14ymedio, Juan E. Cambiaso, Buenos Aires, 25 March 2019 — It’s the fourth time I’ve been to Cuba. Against my natural inclination to go to a five-star hotel, this time I hired a private apartment in El Vedado, to be with the people. It is located on 17th Street, one block from the Museum of Decorative Arts, which was an elegant street and today is just a gutter through which spoiled memories run.
This time Havana moved me, as always, but I did not like it. Havana, Cuba in general, went from picturesque to stubborn. Struggle for the path that does not suit it and renounce others that would make it better. Cuba is masochistic.
The music and the sound that emerges among the cobblestones delighted me on the first trips. In this return I managed to separate the music from the musicians. The first delights me as always. The musicians, who emerge everywhere, are like smiling zombies that resuscitate an original past, prior to the Revolution, because there is nothing left to show. The Castros and their acolytes replaced reality with hypnotic slogans that generate vibrant attachments, however empty of substance and overflowing with stimuli for primary feelings.
The owner of the apartment does not get milk for breakfast, the restaurant does not get chicken for fettuccine Alfredo, the bar in front of the Cathedral has the same problem with beer, the international pharmacy has no alcohol, gauze or adhesive cloth to heal a wound I got when I fell, the homeowner with gastritis does not get omeprazole (Prilosec). The explanation is reiterated: “For now, we don’t have any.” And so they live, with what there is for now.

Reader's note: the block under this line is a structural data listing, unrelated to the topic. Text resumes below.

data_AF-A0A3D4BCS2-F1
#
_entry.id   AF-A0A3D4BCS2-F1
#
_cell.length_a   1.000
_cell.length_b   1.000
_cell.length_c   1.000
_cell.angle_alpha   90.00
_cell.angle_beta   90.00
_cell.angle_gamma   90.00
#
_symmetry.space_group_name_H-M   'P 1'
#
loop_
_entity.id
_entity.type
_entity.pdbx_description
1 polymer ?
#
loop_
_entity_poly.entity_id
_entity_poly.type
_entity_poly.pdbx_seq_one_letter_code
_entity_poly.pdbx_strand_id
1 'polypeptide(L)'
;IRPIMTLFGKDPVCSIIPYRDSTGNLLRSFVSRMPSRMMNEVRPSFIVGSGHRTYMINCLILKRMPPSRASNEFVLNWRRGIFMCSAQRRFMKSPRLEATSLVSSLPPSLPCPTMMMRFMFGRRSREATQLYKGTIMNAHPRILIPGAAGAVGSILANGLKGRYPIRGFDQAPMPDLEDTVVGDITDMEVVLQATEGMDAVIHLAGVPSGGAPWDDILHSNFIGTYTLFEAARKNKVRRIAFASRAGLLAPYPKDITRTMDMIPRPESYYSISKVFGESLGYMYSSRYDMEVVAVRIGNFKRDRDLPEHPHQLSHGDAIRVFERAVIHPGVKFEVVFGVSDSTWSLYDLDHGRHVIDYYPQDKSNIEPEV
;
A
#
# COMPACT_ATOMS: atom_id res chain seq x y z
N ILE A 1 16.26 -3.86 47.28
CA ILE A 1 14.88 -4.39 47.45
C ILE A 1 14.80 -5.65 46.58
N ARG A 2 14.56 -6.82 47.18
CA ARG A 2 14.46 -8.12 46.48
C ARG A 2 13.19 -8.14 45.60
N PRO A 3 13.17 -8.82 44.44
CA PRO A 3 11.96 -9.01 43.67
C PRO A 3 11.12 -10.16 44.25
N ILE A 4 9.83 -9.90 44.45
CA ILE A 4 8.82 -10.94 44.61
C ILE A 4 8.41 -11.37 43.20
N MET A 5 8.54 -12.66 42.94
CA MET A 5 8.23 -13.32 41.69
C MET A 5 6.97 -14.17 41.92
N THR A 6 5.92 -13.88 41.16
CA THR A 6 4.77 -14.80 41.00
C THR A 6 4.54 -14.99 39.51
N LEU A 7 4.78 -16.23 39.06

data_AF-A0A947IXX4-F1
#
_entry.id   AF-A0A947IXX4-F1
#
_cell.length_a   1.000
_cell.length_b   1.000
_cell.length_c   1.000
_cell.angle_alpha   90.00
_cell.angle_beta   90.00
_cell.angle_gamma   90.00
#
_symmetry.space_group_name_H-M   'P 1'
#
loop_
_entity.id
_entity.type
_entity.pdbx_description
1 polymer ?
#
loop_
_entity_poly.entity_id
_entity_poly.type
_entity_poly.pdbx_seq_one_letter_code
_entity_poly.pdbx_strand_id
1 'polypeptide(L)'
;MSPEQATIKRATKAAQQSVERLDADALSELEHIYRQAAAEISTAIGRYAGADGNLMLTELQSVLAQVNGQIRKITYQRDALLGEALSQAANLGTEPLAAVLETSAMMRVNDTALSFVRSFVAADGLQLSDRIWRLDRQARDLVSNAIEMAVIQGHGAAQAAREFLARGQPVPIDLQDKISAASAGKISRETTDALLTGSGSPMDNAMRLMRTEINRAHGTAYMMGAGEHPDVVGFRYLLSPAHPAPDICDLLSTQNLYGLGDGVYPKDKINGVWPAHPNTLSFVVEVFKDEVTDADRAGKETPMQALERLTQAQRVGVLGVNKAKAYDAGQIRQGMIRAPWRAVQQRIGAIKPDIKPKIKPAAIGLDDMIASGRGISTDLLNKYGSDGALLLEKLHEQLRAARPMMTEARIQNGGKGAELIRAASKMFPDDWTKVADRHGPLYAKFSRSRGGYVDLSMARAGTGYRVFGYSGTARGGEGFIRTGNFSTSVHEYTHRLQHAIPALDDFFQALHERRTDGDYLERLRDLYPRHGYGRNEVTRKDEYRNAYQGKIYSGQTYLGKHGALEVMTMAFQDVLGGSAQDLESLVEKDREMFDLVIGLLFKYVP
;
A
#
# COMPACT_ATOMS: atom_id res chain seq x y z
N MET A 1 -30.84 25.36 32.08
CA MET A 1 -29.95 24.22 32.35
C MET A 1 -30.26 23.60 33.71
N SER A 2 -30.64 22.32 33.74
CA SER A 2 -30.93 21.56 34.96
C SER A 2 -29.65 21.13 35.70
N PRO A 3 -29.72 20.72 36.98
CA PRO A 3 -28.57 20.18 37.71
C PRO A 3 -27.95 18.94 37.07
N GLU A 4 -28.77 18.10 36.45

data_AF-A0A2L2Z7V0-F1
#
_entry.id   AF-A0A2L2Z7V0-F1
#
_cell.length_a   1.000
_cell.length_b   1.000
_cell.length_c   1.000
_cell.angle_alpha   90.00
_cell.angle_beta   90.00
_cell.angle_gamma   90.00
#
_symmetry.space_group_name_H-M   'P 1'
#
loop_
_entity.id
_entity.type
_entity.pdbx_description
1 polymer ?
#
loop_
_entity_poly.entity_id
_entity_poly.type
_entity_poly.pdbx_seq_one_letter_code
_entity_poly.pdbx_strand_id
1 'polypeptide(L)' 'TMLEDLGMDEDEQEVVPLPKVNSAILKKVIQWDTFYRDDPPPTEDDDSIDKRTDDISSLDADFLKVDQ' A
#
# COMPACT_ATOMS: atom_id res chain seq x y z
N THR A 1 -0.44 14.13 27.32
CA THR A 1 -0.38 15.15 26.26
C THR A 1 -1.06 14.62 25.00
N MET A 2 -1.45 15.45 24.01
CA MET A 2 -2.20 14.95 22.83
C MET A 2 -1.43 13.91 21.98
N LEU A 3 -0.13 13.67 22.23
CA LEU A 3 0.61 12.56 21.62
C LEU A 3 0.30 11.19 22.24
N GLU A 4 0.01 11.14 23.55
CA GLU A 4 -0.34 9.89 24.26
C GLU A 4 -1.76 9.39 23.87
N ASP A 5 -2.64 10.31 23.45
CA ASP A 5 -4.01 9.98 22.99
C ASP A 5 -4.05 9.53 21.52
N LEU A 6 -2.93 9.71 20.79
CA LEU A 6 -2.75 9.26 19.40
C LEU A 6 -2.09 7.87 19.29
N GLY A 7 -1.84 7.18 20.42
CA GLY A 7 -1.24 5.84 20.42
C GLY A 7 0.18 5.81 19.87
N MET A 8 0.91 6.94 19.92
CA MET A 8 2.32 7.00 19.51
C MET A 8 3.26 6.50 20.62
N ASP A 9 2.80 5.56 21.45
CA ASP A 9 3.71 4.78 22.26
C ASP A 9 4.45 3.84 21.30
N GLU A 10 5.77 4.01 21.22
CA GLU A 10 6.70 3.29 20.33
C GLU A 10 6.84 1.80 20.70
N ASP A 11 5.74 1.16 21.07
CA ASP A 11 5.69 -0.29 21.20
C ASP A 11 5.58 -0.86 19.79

The glorious people of Cuba accept to live with pain and without glory, believing that the latter will be the consequence of living in pain. And from there comes everything else. The dream of the Jesuit alumnus who made it happen was that they believed that the suffering in this Cuban world was the guarantee that the secular paradise would finally arrive. Until victory always, victorious for now, no. Revolutionary Cuba is a victory in gestation. A pregnancy of half a century that has no childbirth in sight.
The most surprising thing is that they do not get angry atthe adversity or its causes, that they live relaxed, lazy, some working and others making like they work. Many believe they are striving to make the dream of el Comandante come true.
Nobody competes with anyone and everyone makes between 25 and 30 dollars per month. The freedom to engage in business is limited, rickety, among the ruins. Private micro-businesses, such as small restaurants and rented rooms in family homes (which are chosen because their low price justifies living with little comfort and seeing what happens), sprout like mushrooms.
The construction in Havana draws attention. But it’s only about foreign companies that build super hotels. Not hospitals, nor schools, nor homes for ordinary Cubans. The Vedado neighborhood continues in free fall and Centro Habana collapses despite a face wash for the facades along the Malecón.
Cuba is a great tide of good people who take it all because, as in the movie The Truman Show, they have been led to believe that this broken stage is true life. I did not hear anyone say that there was going to be a collective civic effort to try to change “the thing.”
A week after leaving the island, the first time, I no longer have the taste of rum, the smell of the sea, the music of the ropa vieja (shredded beef) and the fruits of the sea, which previously lasted a long time tinkling in a glass.
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